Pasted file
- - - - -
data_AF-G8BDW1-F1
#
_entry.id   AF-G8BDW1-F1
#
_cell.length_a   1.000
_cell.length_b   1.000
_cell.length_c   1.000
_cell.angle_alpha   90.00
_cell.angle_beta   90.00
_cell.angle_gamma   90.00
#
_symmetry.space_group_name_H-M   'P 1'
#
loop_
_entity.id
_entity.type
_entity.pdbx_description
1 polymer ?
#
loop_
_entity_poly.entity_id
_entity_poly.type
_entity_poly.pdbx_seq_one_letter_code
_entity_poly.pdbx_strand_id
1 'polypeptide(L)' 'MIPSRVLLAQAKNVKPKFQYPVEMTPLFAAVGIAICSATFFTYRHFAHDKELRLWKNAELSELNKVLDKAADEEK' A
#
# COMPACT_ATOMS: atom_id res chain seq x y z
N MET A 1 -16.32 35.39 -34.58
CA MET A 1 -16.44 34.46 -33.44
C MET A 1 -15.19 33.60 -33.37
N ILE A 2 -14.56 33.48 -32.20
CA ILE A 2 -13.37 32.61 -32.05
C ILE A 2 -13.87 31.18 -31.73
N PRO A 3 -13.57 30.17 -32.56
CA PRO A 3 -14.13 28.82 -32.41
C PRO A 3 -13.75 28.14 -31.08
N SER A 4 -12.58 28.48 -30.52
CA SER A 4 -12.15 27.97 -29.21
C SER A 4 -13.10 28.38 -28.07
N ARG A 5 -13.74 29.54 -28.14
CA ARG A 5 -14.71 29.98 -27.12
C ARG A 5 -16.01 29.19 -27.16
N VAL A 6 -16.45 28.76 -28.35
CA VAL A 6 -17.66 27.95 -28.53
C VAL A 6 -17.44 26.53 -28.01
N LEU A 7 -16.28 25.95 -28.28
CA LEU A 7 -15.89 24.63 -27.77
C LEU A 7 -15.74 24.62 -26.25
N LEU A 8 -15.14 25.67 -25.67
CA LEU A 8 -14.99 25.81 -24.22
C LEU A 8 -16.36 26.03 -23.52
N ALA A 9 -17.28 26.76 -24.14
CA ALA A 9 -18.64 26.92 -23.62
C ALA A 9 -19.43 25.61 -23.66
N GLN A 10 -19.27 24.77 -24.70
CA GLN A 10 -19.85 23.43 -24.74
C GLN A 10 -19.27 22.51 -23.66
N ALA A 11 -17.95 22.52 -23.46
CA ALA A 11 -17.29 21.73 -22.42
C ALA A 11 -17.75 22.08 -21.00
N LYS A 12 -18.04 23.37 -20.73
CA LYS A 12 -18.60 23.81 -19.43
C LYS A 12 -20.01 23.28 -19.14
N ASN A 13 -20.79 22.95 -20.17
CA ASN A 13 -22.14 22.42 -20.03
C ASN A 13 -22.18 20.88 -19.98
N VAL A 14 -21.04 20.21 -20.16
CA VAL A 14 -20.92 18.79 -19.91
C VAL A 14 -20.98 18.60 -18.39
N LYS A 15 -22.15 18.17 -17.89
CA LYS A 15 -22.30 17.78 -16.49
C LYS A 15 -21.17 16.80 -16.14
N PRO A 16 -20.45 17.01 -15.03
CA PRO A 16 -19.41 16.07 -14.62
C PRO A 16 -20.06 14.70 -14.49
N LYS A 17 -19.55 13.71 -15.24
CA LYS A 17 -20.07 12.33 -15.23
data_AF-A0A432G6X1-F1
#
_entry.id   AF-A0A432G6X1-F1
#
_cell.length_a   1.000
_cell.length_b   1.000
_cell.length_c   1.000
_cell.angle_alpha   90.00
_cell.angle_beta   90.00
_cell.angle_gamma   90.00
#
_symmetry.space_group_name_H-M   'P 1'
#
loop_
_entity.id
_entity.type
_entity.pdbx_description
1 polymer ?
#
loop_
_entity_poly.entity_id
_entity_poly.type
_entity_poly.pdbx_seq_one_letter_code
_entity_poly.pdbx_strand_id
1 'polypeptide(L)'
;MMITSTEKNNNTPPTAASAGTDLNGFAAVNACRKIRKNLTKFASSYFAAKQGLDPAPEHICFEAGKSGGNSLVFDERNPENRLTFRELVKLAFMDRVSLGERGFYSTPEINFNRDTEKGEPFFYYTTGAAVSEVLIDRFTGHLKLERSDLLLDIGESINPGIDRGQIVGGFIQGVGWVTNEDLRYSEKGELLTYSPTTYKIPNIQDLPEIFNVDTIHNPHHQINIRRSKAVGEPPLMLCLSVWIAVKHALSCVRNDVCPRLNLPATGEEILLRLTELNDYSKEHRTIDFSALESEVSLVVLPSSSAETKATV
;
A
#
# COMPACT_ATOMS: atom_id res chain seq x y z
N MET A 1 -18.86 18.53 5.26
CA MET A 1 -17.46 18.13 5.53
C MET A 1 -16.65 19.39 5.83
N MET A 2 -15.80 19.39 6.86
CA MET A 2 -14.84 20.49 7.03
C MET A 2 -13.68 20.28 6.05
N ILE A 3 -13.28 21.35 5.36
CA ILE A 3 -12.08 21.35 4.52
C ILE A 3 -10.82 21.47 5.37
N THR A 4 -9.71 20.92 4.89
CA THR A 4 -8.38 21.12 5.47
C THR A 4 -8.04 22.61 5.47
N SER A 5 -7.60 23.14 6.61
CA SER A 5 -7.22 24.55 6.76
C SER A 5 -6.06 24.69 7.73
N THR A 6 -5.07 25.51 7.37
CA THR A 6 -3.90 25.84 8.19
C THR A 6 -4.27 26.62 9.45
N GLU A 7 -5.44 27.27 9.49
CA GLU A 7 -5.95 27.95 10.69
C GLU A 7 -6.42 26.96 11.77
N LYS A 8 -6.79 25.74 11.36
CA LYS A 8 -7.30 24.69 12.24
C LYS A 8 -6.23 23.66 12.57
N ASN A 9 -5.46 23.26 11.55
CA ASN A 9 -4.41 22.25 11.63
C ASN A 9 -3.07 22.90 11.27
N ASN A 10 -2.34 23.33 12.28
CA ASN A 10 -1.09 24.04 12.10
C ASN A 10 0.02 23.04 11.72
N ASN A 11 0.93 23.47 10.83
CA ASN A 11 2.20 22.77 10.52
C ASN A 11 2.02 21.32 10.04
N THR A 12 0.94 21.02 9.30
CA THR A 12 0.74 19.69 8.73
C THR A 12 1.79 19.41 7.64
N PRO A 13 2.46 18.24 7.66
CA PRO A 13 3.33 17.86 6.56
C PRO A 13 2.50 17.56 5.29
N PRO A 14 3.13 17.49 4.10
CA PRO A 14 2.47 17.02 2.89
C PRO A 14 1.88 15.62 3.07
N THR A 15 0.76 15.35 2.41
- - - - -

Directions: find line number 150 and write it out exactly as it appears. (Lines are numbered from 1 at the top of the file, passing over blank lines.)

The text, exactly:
N THR A 15 0.76 15.35 2.41